3 As to the type of consent required, the FCC held that telemarketing calls to cellular phones required written consent, but reaffirmed that only oral consent was needed for noncommercial calls. 17 Since the burden to prove prior express consent is on the caller, 18 records demonstrating that the cellular phone number was provided in writing or oral consent was given should be maintained. It is also important to note that the TCPA allows consumers to revoke their prior express consent at any time. 19 Artificial or Prerecorded Voice Systems The TCPA requires that all artificial or prerecorded telephone messages state, at the beginning of the message, the identity of the caller. 20 In addition, the message must contain either the caller s telephone number or address. If the called party hangs up, the system must automatically release the line within 5 seconds. Exemptions for Residential Line Calls The TCPA contains different standards for calls to cellular phones versus residential lines. 21 The exemptions that the FCC provided by rule for calls to residential lines include 22 : A call not made for a commercial purpose A call made for a commercial purpose but does not include or introduce an advertisement or constitute telemarketing A call made by or on behalf of a tax-exempt nonprofit organization The FCC rules define telemarketing as a telephone call for the purpose of encouraging the purchase or rental of, or investment in, property, goods, or services. 23 Because child support collection arguably does not fall within the definition of telemarketing, calls to residential line consumers likely are permitted without prior consent. State Agencies and Sovereign Immunity The Eleventh Amendment guarantees that a state and its agencies will be immune from lawsuits brought in federal court unless the state consents or Congress expressly 17 Rules and Regulations Implementing the TCPA, 27 FCC Rcd.1830, 1841 (2012) ( 2012 FCC Rules ) FCC Rules at Gager v. Dell Fin. Servs., 727 F.3d 265, (3d Cir. 2013) U.S.C. 227(d)(3) 21 Compare 47 U.S.C. 227(b)(1)(A)(iii) (prohibiting calls without prior written consent using an automatic telephone dialing system or artificial/prerecorded voice to a cell phone) with 47 U.S.C. 227(b)(1)(B) (same for residential lines but allows FCC to provide exemptions by rule or order) C.F.R (a)(3)(ii)-(iv) C.F.R (f)(12)
4 abrogates that immunity. 24 Congress may abrogate the states sovereign immunity only by unequivocally express[ing] its intent to abrogate the immunity in a clear statement within the law itself. 25 The TCPA contains no statement indicating that Congress intended to abrogate the states sovereign immunity protection. Child support programs operated by a state agency, therefore, may have some protection from TCPA lawsuits brought in federal court. But county-based child support programs and private vendors generally do not enjoy such immunity. 26 Further, since the TCPA allows private causes of actions in state courts, state-run programs need to consider whether state law provides similar immunity. Violations of the TCPA Individuals have a private cause of action in either state or federal court for violations of the TCPA. 27 Congress expressly provided that state laws outlawing the use of automatic telephone dialing systems or artificial or prerecorded voice messages are not preempted by the TCPA. 28 Further, the Attorney General of each state has the ability to file civil lawsuits in federal court seeking to enjoin individuals violating the TCPA and for damages. 29 Notice must be provided to the FCC and it has the right to intervene. 30 Damages under the TCPA are actual monetary loss or $500 for each violation, whichever is greater. 31 For willful or knowing violations, the court has the discretion to increase the amount of the award up to triple the original amount $1,500 for each call to an individual s cellular phone without consent. 32 A cumulative damage award under the TCPA, therefore, may be very expensive. 33 Conclusion Modern telephone technology can help child support programs engage parents by providing them with relevant information and helpful reminders in an efficient and inexpensive way. Yet the TCPA s restrictions on this technology are substantial and 24 U.S. Const. amend. XI; Pennhurst State School & Hosp. v. Halderman, 465 U.S. 89, 100 (1984); Edelman v. Jordan, 415 U.S. 651, 663 (1974) 25 Seminole Tribe of Florida v. Florida, 517 U.S. 44, 55 (1996); Blatchford v. Native Vill. of Noatak & Circle Vill., 501 U.S. 775, 786 (1991) 26 See Mt. Healthy City Sch. Dist. Bd. of Educ. v. Doyle, 429 U.S. 274, 280 (1977) (local government entities such as counties usually are not entitled to Eleventh Amendment immunity) U.S.C. 227(b)(3); Mims, 132 S.Ct. at U.S.C. 227(f)(1) U.S.C. 227(g)(1) U.S.C. 227(g)(3) U.S.C. 227(b)(3)(B) U.S.C. 227(b)(3) 33 See, e.g. Maryland v. Universal Elections, Inc., 729 F.3d 370 (4 th Cir. 2013) (affirming $1,010,000 in damages for TCPA violations on election night in 2010)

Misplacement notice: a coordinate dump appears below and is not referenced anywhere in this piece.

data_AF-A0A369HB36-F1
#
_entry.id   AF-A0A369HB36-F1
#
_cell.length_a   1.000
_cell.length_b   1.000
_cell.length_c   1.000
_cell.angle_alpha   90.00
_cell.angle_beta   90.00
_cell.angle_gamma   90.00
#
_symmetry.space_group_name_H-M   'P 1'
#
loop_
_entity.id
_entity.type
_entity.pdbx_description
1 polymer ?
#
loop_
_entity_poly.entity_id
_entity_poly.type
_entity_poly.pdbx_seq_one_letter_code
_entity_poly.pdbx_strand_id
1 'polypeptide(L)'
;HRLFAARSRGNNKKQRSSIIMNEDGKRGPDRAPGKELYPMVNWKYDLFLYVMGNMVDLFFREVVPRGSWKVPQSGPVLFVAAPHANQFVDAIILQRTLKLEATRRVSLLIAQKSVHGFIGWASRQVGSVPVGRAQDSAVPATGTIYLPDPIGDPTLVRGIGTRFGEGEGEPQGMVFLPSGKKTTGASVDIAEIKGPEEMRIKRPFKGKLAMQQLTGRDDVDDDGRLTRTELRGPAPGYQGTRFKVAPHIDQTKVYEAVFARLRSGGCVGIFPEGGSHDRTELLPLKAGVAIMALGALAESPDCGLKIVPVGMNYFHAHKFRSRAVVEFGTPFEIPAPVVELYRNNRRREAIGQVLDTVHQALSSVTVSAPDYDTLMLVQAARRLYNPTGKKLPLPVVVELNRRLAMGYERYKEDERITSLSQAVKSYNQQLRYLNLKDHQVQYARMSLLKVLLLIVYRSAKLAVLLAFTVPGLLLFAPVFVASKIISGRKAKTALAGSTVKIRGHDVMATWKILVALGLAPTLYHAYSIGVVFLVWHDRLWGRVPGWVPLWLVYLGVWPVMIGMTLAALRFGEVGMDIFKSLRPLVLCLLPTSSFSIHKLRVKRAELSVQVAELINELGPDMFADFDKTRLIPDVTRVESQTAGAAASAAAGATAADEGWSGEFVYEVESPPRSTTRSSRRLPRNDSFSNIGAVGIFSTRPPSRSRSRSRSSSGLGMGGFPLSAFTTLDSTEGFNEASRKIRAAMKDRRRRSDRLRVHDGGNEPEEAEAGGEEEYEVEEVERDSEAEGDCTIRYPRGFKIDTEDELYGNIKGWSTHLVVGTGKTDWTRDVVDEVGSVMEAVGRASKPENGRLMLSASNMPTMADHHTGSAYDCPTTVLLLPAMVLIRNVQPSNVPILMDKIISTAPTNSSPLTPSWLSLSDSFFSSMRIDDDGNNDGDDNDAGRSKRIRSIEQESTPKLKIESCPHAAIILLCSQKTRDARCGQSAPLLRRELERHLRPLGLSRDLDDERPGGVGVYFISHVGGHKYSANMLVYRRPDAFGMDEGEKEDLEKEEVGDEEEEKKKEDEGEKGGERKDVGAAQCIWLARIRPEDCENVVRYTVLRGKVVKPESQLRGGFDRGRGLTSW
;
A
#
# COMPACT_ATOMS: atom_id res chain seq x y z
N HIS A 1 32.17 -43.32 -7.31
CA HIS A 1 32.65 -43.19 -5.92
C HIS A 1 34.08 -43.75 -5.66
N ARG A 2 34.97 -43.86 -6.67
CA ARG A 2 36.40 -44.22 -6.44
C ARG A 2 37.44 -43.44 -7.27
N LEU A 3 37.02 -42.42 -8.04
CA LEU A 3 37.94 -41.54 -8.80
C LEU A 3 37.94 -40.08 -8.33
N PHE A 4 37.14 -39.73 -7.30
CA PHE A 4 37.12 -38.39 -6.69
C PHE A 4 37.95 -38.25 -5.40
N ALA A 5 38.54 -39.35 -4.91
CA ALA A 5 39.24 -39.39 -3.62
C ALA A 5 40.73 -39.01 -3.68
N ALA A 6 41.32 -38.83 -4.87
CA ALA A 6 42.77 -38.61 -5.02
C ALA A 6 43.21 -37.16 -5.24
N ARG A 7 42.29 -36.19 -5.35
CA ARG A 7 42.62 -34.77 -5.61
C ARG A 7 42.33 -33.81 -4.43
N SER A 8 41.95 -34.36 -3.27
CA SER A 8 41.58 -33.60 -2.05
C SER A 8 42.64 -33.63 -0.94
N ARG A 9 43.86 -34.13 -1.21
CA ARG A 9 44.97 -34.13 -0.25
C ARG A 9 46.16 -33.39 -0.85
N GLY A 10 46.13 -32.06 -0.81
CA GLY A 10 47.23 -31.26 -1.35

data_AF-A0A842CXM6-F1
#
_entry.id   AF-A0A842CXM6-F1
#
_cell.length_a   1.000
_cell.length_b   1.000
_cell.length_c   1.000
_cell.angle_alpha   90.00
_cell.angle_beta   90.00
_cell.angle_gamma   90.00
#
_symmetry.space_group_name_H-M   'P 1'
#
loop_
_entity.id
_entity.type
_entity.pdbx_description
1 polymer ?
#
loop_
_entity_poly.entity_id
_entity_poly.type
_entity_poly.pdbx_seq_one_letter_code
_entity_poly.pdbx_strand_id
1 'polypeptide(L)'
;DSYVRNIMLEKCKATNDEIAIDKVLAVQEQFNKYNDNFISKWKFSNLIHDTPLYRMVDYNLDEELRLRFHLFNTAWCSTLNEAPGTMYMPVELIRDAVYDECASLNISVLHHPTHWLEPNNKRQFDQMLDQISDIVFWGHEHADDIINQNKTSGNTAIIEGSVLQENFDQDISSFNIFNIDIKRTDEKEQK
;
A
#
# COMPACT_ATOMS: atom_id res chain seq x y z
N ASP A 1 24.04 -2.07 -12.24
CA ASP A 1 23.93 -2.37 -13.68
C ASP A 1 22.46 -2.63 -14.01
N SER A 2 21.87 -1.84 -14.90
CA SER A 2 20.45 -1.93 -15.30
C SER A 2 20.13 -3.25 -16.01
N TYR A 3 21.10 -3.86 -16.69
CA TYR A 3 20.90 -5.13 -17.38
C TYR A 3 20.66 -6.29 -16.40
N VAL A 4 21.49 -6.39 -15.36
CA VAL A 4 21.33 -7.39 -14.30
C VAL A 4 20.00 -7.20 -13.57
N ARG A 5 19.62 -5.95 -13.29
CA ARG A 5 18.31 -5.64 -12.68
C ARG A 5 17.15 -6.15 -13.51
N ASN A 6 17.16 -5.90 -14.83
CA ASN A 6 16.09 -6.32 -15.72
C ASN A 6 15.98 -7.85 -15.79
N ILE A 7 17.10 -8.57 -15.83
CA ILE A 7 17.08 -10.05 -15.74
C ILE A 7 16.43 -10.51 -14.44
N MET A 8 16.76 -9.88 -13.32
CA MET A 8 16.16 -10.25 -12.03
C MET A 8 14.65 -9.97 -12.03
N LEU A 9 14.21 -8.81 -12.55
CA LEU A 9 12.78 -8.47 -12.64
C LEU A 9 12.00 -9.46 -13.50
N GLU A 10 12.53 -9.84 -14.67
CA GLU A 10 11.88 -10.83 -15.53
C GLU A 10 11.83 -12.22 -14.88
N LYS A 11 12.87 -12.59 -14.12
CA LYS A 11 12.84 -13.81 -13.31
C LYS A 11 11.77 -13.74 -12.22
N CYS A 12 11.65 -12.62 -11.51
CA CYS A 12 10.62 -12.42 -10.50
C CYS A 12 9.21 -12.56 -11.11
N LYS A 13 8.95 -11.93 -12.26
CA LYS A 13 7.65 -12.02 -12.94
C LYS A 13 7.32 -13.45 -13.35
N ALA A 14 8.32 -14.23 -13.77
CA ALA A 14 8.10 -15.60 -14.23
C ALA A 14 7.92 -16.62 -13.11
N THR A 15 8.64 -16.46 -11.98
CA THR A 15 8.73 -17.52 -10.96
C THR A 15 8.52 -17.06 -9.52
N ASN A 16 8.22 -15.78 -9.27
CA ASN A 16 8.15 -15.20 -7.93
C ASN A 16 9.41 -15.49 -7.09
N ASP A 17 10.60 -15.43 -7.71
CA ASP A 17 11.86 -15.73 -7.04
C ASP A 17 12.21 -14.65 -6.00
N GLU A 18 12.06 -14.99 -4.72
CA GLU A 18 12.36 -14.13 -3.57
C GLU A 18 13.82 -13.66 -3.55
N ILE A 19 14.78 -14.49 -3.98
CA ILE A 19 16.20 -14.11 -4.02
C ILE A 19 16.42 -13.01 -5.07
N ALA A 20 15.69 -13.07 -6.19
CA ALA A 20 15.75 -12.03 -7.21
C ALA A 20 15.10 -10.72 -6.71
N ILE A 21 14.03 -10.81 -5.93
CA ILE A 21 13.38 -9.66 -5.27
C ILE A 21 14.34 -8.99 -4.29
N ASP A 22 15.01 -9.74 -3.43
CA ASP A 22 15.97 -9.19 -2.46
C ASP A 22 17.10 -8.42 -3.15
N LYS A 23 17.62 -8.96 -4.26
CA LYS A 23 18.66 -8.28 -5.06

5 damages may be extensive. By carefully obtaining consent from parents to use their cellular telephone number, or only using residential telephone numbers to contact them, programs may be in the best position to avoid TCPA violations. Diane Potts is the Illinois Deputy Attorney General for Child Support. Diane is a member of NCSEA s Board of Directors. She also serves on the Board of Directors for the Illinois Family Support Enforcement Association and the Illinois Child Support Advisory Committee.